Attention deficit hyperactivity disorder (ADHD) and attention deficit disorder (ADD) can be a silent killer in marriage. Fortunately, there are many steps you can take, many not requiring any medication. Here are some simple steps you can take to ease ADHD-related issues in your marriage:
Make to-do lists of everything from daily responsibilities to items you need from the store. Also keep a calendar of important dates and deadlines.
Ask the partner with ADHD to repeat back any requests to make sure he or she understands what is being asked.
Simplify your life by cleaning up clutter around the house and only attempting to accomplish a small number of tasks each week.
Get into a routine. For example, go through your checkbook once a week to see how much money you've spent, or plan the entire week's meals every Sunday night.
Dietary Changes to Combat ADHD Symptoms
Eat a high protein diet, including beans, cheese, eggs, meat and nuts. Add protein foods in the morning and for after-school snacks to improve concentration and possibly increase the time ADHD medications work.
Eat fewer simple carbohydrates such as candy, corn syrup, honey, sugar, products made from white flour, white rice and potatoes without the skins.
Eat more complex carbohydrates, such as vegetables and some fruits (including oranges, tangerines, pears, grapefruit, apples, and kiwi). Eating complex-carbs at night may aid sleep.
Eat more Omega-3 fatty acids, such as those found in tuna, salmon, other cold-water white fish, walnuts, Brazil nuts and olive and canola oil. Omega-3 fatty acids are also available in supplement form.
Exercise Can Help Control ADHD!
Exercise stimulates the areas of the brain that control attention and thinking. Getting more vigorous play may help you succeed at love and other parts of life. Evidence continues to mount that exercise can be a natural medicine for adults—with ADHD.
"There are many, many studies showing exercise improves attention, improves cognitive function and improves executive function," says John Ratey, MD, a clinical associate professor of psychiatry at Harvard Medical School in Boston. Dr. Ratey has been exploring the connection between exercise and brain performance since the 1980s and is the author of, "Spark: The Revolutionary New Science of Exercise and the Brain."
"Executive function," says Ratey, "is the ability to put the brakes on impulses and be able to sequence and plan, which is what children with ADHD have trouble with."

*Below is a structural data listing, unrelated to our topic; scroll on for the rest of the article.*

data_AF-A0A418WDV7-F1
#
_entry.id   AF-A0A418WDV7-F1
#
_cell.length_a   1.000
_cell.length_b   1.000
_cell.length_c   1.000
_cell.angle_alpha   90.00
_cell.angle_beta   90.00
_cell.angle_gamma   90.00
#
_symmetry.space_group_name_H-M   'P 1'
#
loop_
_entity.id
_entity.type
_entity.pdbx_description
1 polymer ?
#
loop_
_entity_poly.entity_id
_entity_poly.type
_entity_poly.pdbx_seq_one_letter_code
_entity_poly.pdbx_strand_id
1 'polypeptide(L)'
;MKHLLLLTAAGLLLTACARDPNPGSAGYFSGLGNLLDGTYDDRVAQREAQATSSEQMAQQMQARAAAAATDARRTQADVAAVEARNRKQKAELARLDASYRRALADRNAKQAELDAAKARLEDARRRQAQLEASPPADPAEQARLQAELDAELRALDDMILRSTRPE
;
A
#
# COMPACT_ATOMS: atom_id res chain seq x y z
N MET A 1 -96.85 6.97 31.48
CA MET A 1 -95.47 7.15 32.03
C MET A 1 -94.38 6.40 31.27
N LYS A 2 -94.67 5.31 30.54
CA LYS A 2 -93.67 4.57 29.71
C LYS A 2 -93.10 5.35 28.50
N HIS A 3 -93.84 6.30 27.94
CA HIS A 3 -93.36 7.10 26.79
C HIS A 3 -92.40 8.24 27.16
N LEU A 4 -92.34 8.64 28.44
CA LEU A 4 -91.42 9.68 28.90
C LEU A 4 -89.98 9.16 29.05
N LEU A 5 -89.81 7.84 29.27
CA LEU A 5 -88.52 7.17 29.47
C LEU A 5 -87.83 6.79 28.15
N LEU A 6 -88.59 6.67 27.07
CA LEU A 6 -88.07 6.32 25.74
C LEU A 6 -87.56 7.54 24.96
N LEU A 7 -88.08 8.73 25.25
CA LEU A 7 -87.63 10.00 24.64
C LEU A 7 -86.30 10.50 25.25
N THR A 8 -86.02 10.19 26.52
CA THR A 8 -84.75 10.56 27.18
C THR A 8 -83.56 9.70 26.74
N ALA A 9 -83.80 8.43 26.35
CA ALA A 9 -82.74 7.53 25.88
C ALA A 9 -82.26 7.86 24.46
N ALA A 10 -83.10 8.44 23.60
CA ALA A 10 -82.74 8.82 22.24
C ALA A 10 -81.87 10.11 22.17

Exercise wakes up the executive function of the brain’s frontal cortex, allowing the person to evaluate the consequences of behavior. This way, he or she can make the best choices and suppress unacceptable social responses. Exercise can help ADHD by elevating levels of dopamine and norepinephrine, brain chemicals that play key roles in attention and thinking.
You can’t treat ADHD without help! But you can help yourself or your spouse to control ADHD! Please note, we and many other physicians are not "anti-medicine" by any means—it’s just that exercise can be a major component of treatment for ADHD; it really helps modulate many of the symptoms of attention deficit disorders.
"Exercise is also a mood lifter, which makes people less tense and fidgety and more motivated and rejuvenated, which is exactly what people with ADHD need," Ratey says. "It can make them more willing to learn and focus."
You are not alone! "People with ADHD can be great," she says. To prove it, here are some of the famous people who had or have ADHD. One of the best known is the great swimmer and Olympic gold medalist Michael Phelps. Others include Albert Einstein, Beethoven, Alfred Hitchcock and Robin Williams.
Dr. Joni Frater & Esther Lastique are the founders of www.LoveHerRight.com and www.PassionateLifeClub.com and the authors of "Love Her Right: The Married Man’s Guide to Lesbian Secrets for Great Sex!" Visit their sites for more information on their Love Warrior Challenge, live appearances, and seminar classes. At www.LoveHerRightStore.com use the discount code HITCHED for a 15% discount! To purchase their book, please click here.